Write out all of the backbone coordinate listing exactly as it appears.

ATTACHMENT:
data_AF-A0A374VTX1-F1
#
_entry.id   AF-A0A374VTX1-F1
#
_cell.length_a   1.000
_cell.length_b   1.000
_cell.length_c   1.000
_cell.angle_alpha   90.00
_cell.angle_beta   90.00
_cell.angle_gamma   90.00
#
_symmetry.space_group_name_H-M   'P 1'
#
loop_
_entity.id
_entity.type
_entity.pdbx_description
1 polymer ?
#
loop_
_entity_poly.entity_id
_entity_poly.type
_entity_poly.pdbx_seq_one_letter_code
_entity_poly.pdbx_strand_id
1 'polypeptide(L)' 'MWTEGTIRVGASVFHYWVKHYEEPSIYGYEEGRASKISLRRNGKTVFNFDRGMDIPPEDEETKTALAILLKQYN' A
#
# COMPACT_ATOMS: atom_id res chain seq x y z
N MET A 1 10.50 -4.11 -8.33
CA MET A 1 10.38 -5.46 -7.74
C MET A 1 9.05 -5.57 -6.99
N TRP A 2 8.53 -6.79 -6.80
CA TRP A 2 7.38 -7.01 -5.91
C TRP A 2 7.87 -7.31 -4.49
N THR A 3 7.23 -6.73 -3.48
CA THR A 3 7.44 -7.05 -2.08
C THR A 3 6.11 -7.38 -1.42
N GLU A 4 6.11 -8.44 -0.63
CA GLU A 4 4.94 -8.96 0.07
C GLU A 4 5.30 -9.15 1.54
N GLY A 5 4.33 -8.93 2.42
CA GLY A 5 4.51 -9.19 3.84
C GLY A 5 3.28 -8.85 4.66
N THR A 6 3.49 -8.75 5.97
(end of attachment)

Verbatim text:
data_AF-A0A374VTX1-F1
#
_entry.id   AF-A0A374VTX1-F1
#
_cell.length_a   1.000
_cell.length_b   1.000
_cell.length_c   1.000
_cell.angle_alpha   90.00
_cell.angle_beta   90.00
_cell.angle_gamma   90.00
#
_symmetry.space_group_name_H-M   'P 1'
#
loop_
_entity.id
_entity.type
_entity.pdbx_description
1 polymer ?
#
loop_
_entity_poly.entity_id
_entity_poly.type
_entity_poly.pdbx_seq_one_letter_code
_entity_poly.pdbx_strand_id
1 'polypeptide(L)' 'MWTEGTIRVGASVFHYWVKHYEEPSIYGYEEGRASKISLRRNGKTVFNFDRGMDIPPEDEETKTALAILLKQYN' A
#
# COMPACT_ATOMS: atom_id res chain seq x y z
N MET A 1 10.50 -4.11 -8.33
CA MET A 1 10.38 -5.46 -7.74
C MET A 1 9.05 -5.57 -6.99
N TRP A 2 8.53 -6.79 -6.80
CA TRP A 2 7.38 -7.01 -5.91
C TRP A 2 7.87 -7.31 -4.49
N THR A 3 7.23 -6.73 -3.48
CA THR A 3 7.44 -7.05 -2.08
C THR A 3 6.11 -7.38 -1.42
N GLU A 4 6.11 -8.44 -0.63
CA GLU A 4 4.94 -8.96 0.07
C GLU A 4 5.30 -9.15 1.54
N GLY A 5 4.33 -8.93 2.42
CA GLY A 5 4.51 -9.19 3.84
C GLY A 5 3.28 -8.85 4.66
N THR A 6 3.49 -8.75 5.97